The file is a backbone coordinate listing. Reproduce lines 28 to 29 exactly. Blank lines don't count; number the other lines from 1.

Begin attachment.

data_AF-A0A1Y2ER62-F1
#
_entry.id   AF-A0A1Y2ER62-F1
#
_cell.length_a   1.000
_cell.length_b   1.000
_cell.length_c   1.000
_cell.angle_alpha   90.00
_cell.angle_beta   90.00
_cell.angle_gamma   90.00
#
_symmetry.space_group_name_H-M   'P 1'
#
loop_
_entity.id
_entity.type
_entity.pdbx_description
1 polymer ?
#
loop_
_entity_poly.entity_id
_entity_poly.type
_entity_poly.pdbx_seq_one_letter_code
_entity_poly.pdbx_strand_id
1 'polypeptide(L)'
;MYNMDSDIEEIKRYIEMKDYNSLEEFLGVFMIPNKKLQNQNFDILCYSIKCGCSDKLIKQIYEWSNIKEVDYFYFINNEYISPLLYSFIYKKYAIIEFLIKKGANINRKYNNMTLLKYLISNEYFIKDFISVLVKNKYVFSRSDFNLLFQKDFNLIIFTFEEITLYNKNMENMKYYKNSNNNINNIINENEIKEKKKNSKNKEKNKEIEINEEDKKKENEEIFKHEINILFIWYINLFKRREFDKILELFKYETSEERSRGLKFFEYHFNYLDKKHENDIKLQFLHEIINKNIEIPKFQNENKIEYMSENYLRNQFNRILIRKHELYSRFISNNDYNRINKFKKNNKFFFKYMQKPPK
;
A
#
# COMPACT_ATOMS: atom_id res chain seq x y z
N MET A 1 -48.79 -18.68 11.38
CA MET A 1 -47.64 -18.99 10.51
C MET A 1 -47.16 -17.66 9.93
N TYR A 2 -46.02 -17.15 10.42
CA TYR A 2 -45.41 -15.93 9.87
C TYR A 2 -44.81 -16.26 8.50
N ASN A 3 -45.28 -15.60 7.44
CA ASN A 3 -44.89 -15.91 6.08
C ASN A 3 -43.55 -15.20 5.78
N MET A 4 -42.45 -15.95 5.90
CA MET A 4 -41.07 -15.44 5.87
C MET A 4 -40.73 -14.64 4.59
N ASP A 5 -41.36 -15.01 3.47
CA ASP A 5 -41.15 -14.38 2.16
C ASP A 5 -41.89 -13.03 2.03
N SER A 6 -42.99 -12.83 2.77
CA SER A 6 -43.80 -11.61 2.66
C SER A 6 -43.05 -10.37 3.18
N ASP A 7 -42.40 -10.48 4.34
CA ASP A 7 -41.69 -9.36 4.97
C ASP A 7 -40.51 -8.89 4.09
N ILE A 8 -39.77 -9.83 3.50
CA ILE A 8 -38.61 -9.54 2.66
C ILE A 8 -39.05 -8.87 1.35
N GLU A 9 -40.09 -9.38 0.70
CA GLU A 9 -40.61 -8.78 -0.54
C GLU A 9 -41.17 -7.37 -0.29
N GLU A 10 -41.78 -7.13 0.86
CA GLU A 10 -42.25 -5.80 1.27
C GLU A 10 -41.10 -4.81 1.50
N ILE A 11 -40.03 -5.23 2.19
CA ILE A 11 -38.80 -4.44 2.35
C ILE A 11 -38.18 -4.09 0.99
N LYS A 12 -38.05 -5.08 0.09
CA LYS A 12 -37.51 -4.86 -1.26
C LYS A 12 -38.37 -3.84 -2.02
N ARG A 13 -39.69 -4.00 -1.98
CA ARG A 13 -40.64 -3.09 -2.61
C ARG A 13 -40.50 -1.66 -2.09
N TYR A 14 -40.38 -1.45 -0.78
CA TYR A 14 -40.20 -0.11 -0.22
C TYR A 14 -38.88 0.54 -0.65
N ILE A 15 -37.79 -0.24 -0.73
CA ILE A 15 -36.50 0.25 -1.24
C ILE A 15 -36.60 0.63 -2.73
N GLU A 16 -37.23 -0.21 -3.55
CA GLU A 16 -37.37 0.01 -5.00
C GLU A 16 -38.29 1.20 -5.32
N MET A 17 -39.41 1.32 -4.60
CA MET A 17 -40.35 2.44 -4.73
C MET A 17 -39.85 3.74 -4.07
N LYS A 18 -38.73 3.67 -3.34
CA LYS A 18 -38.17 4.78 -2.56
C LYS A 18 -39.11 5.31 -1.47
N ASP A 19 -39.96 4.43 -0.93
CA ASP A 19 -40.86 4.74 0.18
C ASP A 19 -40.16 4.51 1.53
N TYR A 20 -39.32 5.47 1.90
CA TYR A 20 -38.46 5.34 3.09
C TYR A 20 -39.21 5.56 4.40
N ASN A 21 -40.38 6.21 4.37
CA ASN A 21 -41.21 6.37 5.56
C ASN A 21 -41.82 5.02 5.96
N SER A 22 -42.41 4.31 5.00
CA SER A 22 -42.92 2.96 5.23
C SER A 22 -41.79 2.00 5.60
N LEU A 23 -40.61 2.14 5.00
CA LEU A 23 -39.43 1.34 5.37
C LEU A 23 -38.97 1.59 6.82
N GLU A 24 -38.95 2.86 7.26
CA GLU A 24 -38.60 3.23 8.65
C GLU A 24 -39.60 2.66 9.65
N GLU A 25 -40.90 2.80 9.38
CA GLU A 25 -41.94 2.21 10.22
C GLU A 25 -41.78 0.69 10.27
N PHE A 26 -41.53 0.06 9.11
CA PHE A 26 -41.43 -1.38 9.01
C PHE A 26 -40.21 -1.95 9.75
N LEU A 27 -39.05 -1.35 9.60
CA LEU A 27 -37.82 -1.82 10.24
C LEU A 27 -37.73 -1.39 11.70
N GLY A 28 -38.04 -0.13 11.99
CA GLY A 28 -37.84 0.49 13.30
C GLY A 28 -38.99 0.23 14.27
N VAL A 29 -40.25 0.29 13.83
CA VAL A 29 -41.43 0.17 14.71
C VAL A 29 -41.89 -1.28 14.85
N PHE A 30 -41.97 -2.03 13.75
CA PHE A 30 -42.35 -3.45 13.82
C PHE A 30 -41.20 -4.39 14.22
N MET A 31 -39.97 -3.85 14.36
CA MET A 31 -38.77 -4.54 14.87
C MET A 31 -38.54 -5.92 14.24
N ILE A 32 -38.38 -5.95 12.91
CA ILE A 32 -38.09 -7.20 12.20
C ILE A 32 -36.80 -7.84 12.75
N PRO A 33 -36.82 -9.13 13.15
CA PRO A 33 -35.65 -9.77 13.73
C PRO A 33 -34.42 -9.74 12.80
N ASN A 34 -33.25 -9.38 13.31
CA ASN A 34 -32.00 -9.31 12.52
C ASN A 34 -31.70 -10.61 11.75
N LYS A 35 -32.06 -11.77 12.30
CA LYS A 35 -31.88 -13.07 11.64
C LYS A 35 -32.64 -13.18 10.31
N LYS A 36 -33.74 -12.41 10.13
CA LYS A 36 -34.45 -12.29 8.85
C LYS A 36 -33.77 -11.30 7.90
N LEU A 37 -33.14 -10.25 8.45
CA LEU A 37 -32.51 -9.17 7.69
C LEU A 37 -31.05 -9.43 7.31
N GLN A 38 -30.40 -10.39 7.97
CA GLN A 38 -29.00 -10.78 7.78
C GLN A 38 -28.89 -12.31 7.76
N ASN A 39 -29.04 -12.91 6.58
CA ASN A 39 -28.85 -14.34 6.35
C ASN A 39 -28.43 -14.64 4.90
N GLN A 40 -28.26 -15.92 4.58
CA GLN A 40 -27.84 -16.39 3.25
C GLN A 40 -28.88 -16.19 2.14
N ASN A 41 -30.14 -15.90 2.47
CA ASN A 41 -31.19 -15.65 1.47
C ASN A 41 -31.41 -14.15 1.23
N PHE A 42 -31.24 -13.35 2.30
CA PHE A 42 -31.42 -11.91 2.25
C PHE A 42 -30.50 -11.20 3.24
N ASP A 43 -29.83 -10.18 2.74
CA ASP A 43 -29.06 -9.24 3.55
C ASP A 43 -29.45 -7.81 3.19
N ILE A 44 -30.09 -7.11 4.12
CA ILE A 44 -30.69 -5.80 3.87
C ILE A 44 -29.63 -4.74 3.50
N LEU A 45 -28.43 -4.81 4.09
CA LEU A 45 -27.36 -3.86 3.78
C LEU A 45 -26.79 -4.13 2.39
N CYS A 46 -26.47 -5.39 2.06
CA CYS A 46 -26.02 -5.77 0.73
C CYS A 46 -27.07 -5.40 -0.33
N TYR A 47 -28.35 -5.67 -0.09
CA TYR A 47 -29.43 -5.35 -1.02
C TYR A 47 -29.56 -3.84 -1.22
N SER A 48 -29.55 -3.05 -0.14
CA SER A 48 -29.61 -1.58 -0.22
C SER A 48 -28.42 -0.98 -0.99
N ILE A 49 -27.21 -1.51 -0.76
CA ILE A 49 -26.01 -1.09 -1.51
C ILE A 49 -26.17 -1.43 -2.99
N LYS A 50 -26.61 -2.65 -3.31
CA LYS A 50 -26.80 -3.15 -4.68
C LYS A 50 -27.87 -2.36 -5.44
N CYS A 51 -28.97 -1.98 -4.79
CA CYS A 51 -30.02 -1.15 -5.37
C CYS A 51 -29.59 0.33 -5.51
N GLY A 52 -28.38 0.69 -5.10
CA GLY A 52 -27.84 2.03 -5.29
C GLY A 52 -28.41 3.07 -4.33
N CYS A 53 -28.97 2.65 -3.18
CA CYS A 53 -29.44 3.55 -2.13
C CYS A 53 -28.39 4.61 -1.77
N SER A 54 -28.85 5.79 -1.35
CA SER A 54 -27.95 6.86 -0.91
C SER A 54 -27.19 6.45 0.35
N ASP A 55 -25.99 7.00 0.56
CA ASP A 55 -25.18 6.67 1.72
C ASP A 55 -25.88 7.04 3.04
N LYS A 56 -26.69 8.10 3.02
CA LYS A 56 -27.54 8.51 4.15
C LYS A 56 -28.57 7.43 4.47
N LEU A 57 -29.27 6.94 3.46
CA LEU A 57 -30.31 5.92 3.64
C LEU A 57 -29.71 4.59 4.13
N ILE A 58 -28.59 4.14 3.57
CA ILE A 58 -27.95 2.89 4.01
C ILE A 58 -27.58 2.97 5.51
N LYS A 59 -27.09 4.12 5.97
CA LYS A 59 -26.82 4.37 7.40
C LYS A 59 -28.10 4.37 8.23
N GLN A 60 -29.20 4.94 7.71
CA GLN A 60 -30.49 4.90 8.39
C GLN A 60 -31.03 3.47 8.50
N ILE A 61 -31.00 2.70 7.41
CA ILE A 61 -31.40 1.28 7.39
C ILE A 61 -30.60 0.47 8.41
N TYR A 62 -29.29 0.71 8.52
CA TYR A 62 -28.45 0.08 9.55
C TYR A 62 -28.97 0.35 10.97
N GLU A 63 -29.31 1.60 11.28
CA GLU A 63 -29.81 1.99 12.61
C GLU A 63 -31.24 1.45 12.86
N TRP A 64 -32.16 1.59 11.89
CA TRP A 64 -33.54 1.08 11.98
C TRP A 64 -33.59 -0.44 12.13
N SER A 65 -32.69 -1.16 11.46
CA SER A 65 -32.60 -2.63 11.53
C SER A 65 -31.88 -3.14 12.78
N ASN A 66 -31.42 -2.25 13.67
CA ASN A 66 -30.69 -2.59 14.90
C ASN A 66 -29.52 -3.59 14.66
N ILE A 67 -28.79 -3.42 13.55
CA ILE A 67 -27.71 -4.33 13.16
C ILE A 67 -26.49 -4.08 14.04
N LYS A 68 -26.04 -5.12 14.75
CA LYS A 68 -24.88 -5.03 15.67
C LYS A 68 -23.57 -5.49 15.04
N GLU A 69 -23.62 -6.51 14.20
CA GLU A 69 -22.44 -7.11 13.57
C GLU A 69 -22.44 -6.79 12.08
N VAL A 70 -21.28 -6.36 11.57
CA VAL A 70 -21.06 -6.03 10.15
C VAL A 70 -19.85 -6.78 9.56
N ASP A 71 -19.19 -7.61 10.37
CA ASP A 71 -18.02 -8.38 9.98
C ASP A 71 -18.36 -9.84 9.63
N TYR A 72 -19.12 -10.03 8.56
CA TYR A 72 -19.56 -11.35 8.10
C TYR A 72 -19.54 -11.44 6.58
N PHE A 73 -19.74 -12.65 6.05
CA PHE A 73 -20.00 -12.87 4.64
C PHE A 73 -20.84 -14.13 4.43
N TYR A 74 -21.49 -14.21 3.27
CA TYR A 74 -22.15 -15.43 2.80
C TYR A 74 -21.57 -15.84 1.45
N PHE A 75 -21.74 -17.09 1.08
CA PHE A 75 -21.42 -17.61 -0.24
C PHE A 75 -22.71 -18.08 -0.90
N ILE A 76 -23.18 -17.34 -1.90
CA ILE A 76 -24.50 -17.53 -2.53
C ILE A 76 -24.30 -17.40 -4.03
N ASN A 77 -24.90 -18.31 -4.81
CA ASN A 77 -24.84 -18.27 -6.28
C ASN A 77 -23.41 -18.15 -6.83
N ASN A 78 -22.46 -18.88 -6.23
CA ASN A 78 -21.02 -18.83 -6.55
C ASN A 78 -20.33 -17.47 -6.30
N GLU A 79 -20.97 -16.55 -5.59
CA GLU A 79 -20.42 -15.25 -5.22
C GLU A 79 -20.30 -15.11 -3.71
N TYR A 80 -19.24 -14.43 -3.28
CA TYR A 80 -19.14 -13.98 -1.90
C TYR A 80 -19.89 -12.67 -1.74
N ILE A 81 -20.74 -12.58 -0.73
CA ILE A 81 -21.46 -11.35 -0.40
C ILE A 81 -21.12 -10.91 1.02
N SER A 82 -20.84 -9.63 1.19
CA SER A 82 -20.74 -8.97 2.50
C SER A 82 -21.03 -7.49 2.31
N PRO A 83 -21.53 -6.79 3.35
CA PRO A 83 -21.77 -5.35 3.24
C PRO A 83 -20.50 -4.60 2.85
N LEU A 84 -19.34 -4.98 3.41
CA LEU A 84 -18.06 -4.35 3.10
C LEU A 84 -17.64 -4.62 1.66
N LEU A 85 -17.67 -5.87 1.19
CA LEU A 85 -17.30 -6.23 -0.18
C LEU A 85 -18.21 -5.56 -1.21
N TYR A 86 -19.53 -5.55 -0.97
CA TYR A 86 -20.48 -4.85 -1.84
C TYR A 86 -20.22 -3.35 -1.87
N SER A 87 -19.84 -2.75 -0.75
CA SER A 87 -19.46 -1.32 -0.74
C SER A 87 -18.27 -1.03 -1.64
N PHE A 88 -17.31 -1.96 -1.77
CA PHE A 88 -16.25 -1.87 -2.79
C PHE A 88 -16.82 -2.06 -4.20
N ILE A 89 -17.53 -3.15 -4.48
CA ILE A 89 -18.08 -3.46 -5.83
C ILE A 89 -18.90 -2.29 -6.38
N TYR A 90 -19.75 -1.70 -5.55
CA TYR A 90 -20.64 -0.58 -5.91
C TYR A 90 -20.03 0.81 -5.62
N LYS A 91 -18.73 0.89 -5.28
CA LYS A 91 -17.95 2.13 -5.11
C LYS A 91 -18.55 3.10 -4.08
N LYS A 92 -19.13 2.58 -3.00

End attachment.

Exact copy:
A
#